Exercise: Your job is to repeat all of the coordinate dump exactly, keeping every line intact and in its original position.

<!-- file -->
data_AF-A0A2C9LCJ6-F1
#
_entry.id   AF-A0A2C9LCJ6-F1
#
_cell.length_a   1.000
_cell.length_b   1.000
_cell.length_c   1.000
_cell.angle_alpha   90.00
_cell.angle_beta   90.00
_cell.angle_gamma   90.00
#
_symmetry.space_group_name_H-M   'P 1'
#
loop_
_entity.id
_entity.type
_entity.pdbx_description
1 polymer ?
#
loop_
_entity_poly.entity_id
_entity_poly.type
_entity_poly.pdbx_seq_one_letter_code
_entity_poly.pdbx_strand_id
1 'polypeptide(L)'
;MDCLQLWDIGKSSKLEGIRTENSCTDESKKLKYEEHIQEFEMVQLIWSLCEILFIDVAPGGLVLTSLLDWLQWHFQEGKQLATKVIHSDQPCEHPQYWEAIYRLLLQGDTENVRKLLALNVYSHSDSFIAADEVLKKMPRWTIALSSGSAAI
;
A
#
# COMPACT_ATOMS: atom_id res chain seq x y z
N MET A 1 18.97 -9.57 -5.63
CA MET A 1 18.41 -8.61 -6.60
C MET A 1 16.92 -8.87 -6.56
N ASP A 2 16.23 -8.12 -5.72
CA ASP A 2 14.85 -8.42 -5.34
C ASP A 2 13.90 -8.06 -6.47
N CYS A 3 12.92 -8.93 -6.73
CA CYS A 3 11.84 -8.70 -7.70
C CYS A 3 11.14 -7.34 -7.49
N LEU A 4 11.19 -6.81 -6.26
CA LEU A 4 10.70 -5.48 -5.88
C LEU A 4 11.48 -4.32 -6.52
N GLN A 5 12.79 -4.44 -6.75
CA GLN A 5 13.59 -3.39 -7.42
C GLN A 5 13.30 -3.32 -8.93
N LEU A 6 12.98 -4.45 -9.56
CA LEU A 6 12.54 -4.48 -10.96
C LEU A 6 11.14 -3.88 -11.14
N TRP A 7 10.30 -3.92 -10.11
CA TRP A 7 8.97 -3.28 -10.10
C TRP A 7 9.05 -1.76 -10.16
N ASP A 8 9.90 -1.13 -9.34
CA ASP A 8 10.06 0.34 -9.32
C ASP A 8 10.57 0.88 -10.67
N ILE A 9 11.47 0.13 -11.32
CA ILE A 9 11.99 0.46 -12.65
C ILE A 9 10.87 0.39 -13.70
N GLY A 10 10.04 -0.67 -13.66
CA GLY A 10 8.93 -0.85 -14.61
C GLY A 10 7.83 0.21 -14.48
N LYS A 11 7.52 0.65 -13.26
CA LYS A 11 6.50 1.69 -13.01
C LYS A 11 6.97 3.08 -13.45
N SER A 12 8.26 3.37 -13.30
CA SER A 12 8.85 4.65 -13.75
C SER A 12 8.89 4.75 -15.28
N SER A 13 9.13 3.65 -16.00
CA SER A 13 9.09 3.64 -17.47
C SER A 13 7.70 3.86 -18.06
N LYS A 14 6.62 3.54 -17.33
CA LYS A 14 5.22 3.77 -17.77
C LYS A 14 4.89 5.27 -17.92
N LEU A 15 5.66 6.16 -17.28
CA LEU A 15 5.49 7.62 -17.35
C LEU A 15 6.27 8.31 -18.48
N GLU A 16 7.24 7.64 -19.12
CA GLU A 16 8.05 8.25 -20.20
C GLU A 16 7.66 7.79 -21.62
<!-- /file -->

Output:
data_AF-A0A2C9LCJ6-F1
#
_entry.id   AF-A0A2C9LCJ6-F1
#
_cell.length_a   1.000
_cell.length_b   1.000
_cell.length_c   1.000
_cell.angle_alpha   90.00
_cell.angle_beta   90.00
_cell.angle_gamma   90.00
#
_symmetry.space_group_name_H-M   'P 1'
#
loop_
_entity.id
_entity.type
_entity.pdbx_description
1 polymer ?
#
loop_
_entity_poly.entity_id
_entity_poly.type
_entity_poly.pdbx_seq_one_letter_code
_entity_poly.pdbx_strand_id
1 'polypeptide(L)'
;MDCLQLWDIGKSSKLEGIRTENSCTDESKKLKYEEHIQEFEMVQLIWSLCEILFIDVAPGGLVLTSLLDWLQWHFQEGKQLATKVIHSDQPCEHPQYWEAIYRLLLQGDTENVRKLLALNVYSHSDSFIAADEVLKKMPRWTIALSSGSAAI
;
A
#
# COMPACT_ATOMS: atom_id res chain seq x y z
N MET A 1 18.97 -9.57 -5.63
CA MET A 1 18.41 -8.61 -6.60
C MET A 1 16.92 -8.87 -6.56
N ASP A 2 16.23 -8.12 -5.72
CA ASP A 2 14.85 -8.42 -5.34
C ASP A 2 13.90 -8.06 -6.47
N CYS A 3 12.92 -8.93 -6.73
CA CYS A 3 11.84 -8.70 -7.70
C CYS A 3 11.14 -7.34 -7.49
N LEU A 4 11.19 -6.81 -6.26
CA LEU A 4 10.70 -5.48 -5.88
C LEU A 4 11.48 -4.32 -6.52
N GLN A 5 12.79 -4.44 -6.75
CA GLN A 5 13.59 -3.39 -7.42
C GLN A 5 13.30 -3.32 -8.93
N LEU A 6 12.98 -4.45 -9.56
CA LEU A 6 12.54 -4.48 -10.96
C LEU A 6 11.14 -3.88 -11.14
N TRP A 7 10.30 -3.92 -10.11
CA TRP A 7 8.97 -3.28 -10.10
C TRP A 7 9.05 -1.76 -10.16
N ASP A 8 9.90 -1.13 -9.34
CA ASP A 8 10.06 0.34 -9.32
C ASP A 8 10.57 0.88 -10.67
N ILE A 9 11.47 0.13 -11.32
CA ILE A 9 11.99 0.46 -12.65
C ILE A 9 10.87 0.39 -13.70
N GLY A 10 10.04 -0.67 -13.66
CA GLY A 10 8.93 -0.85 -14.61
C GLY A 10 7.83 0.21 -14.48
N LYS A 11 7.52 0.65 -13.26
CA LYS A 11 6.50 1.69 -13.01
C LYS A 11 6.97 3.08 -13.45
N SER A 12 8.26 3.37 -13.30
CA SER A 12 8.85 4.65 -13.75
C SER A 12 8.89 4.75 -15.28
N SER A 13 9.13 3.65 -16.00
CA SER A 13 9.09 3.64 -17.47
C SER A 13 7.70 3.86 -18.06
N LYS A 14 6.62 3.54 -17.33
CA LYS A 14 5.22 3.77 -17.77
C LYS A 14 4.89 5.27 -17.92
N LEU A 15 5.66 6.16 -17.28
CA LEU A 15 5.49 7.62 -17.35
C LEU A 15 6.27 8.31 -18.48
N GLU A 16 7.24 7.64 -19.12
CA GLU A 16 8.05 8.25 -20.20
C GLU A 16 7.66 7.79 -21.62